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I’m a developer that’s now responsible for “technical stuff” for a small company (we have a website/app that supports human services). Me, a contract developer and a support/helpdesk/dba person are going to be responsible for all the servers/network/database/etc and the users will never need to know about anything beyond their O365 login.

We’re moving our stuff to azure, but right now I would love some suggestions relating to security. We’ve got a password manager, and was thinking about us having hardware tokens (Yubikeys?). Anything else that we should keep in mind?

I’m thinking about using tailscale for network access/VPN functionality. (I’m not a fan of bastion and connecting to remote databases will be good for developing/troubleshooting).


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    This article is framed toward “one day we’d like to pass a SOC2 audit”, but is also a good intro to some practices you should be doing, if you aren’t already. For 2FA I personally wouldn’t worry too much about forcing people to use hardware keys until you’ve dealt with other more low-hanging fruit – a TOTP authenticator app on the user’s phone is fine for most use cases and threat models.

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      This article is great.

      We’re going to use 2FA, but I think one of the reasons I was thinking about a hardware key was to have a backup that didn’t depend entirely on 2 personal phones (if I’m on vacation and the other person breaks their phone…. then what?).

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      Keep it as simple as you possibly can. Everything you add is a potential for intrusion. That of course includes any cloud/third party software/service and also the VPN. Don’t accidentally open ways in just for saving yourself three seconds a day. You use a password manager and consider hardware tokens with the same trade-off so don’t do the opposite in other scenarios.

      Write docs and keep them up to date! Yes, you are small, so, you don’t need to have the big documentation, but have some kind of document, be it a Google Doc thing or simply a repo with markdown or plain text where you both document what you do and why. Especially important to do “one time” things or things that you rarely do. It doesn’t have to be some fancy documentation, copy and paste, cues, etc.

      A typical scenario of messing up early is to change things and forgetting about something that allows for a way in.

      Make it a habit to call for important stuff, rather than email to reduce the likelihood of attacks on that front.

      For Azure: Why exactly do you use that as a small company? It feels like either you wanna go for a more complete solution, Heroku style (depending on what you need) or a simpler solution (a vserver somewhere). Don’t just use some cloud service if you don’t have a full time person with dedicated knowledge in the field or it eventually will cause issues, as things progress. Also since you say “We are moving…” what’s the rationale?

      Use some form of Single SIgn on, and preferably only use one way to authenticate. You are likely to need to have more than one, so a password manager makes sense, but don’t let that be the reason you make all sorts of logins.

      Make sure you have proper off-boarding in place as early as possible. That largely involves keeping a list of who can do what where. Make sure you keep it up to date, so you can properly restrict access. Not because you fear wrong-doing, but because it’s yet another way in for an attacker.

      And to re-iterate: Make sure you keep everything as simple as possible. Don’t increase attack surface out of a whim. Try out new things on a separate server/network/cloud project/… Do not be tempted to just try it with anything production, that includes desktops/laptops.

      Have a threat model! You are small, it is simple. It’s also psychologically important. There’s so many young/small companies that spend months on some mostly theoretical security issue, in the context of already being breached and one system containing some password to decrypt some information magically not being accessible to the attacker, when their front gate is completely open. It makes you feel good, cause you are working on security and yes, you should eventually get there, but get your priorities straight by analyzing what you have and where attackers get in.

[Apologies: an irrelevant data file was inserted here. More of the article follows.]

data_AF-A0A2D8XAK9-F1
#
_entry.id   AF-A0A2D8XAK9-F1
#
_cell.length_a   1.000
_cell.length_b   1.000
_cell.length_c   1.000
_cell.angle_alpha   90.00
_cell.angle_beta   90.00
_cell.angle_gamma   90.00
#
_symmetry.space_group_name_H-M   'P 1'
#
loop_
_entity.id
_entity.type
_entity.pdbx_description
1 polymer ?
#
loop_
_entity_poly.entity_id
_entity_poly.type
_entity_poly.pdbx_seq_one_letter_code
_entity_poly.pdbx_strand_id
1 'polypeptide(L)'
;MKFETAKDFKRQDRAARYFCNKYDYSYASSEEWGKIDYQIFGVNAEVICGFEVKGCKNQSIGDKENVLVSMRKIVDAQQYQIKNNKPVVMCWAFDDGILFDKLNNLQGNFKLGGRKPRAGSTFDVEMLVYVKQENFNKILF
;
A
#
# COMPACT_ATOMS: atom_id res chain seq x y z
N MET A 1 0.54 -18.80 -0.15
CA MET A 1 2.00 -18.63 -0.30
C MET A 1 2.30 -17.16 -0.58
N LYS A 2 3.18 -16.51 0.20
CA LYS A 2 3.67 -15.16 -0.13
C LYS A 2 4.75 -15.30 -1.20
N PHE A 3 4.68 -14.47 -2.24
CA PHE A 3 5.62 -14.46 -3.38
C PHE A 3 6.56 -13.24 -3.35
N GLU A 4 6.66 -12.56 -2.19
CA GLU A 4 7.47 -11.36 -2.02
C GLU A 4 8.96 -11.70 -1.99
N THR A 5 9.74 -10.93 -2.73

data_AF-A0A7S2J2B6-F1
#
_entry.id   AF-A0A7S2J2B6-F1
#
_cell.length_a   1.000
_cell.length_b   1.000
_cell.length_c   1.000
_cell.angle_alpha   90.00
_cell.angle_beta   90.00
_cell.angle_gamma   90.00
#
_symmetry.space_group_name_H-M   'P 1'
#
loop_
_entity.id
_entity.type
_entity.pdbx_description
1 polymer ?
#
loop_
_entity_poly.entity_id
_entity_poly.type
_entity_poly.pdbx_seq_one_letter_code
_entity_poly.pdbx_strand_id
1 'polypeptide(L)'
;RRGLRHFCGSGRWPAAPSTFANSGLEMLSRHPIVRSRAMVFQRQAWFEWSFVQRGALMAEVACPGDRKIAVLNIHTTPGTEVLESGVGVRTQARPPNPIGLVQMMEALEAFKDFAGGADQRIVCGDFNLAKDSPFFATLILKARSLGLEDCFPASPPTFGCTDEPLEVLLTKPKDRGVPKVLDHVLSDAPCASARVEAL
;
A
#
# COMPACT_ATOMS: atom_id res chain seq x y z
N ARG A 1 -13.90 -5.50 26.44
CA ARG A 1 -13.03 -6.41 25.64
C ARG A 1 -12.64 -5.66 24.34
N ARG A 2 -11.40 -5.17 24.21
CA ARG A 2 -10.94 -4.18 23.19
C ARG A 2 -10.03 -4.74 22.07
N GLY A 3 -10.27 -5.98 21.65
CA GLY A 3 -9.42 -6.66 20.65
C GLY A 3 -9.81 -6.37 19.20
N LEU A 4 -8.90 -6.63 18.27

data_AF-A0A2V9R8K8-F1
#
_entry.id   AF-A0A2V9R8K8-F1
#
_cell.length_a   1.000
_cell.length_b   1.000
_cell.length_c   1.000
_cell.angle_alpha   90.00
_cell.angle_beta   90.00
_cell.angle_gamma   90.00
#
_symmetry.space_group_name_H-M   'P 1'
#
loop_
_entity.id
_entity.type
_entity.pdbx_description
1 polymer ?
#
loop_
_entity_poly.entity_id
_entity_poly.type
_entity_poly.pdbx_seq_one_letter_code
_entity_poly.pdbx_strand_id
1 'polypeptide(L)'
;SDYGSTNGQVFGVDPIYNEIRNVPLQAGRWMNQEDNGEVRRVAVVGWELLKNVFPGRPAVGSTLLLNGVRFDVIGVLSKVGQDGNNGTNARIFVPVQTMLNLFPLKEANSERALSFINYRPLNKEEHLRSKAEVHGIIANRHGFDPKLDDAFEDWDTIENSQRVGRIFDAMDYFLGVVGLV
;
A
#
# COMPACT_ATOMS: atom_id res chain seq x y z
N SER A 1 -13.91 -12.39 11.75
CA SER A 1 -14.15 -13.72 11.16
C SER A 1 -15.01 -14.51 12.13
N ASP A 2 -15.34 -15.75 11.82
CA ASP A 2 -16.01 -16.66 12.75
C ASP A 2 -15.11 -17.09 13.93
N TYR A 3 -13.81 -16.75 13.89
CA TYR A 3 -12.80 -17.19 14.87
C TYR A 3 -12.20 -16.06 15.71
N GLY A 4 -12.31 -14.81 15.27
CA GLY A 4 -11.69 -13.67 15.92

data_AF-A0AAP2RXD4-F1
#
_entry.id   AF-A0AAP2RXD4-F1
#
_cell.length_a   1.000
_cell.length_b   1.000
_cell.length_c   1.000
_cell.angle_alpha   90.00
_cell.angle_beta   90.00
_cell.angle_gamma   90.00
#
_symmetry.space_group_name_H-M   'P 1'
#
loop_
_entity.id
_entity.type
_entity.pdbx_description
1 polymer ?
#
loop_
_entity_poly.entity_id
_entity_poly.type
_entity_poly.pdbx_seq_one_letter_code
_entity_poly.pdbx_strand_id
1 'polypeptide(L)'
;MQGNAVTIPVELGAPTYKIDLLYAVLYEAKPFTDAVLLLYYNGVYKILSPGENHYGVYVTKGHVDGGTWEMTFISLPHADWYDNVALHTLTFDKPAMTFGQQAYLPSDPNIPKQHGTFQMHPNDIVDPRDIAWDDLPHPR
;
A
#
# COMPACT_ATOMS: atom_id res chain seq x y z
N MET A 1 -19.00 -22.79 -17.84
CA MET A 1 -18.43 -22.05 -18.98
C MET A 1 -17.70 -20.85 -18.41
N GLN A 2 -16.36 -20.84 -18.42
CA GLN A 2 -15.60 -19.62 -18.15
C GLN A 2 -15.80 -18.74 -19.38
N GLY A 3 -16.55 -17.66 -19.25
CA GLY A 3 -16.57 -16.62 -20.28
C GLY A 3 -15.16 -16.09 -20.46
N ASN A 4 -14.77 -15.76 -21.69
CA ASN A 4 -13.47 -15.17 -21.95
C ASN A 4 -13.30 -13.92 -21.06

Don’t assume the likeliest way in is someone finding a 0-day in OpenSSH or exploiting the OS’s network stack using ICMP to ruin a small company. But also don’t assume that “nobody will know the IP of this system”. Don’t work by hiding things, don’t practice security by obscurity.

      So in short: Keep your attack surface small, have people know what they are doing. Practice security, rather than security theater.

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        I like the thoughts towards documentation. Now we just have to work more on developing the habit.

        As for Azure: Our software is a .Net/SQL Server stack and we were going to use O365 anyways. We’re migrating away from a datacenter to Azure for a couple reasons; our infrastructure was handled by a different org when my company was part of a larger company, we can eventually trim down our infra needs to be betters suited for a crowd.

        Simplicity was one of my motivations for lots of this job, but it’s nice to hear it reinforced in a security context.

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        Hey! Recently this was shared and it explains quite well many things that helped with SOC2 certification, but also many things that just make sense for security: https://fly.io/blog/soc2-the-screenshots-will-continue-until-security-improves/

        I’m myself in a similar situation to you but much more advanced (it’s been 3 years now) and this article is definitely a gold mine, it has many links to other articles that are also awesome.

        The things that I think make sense are the basics:

        • business continuity and disaster recovery (backups, periodically tested, failover tests, HA, …)
        • IAM and access control from the operators (is the DBA able to wipe the DB all by himself? If yes can you prove he did it and not a hacker ?)
        • network access (firewalling, bastion-like aka Teleport, VPN-like aka Tailscale)
        • security scans (periodic vulnerability scanning of your Infra)
        • training ( for the whole company, phishing trainings etc…) …

        I think stuff like yubikeys are very interesting but in the longer run. The thing that helped me a lot is reading the CERTs reports from big companies. They basically detail the main threats they see and most of the time, they are phishing, no firewalling, no regular patching of systems etc… when you cover all the big threats listed, it makes sense to have a risk based approach to understand what is your biggest risk and how to cover it.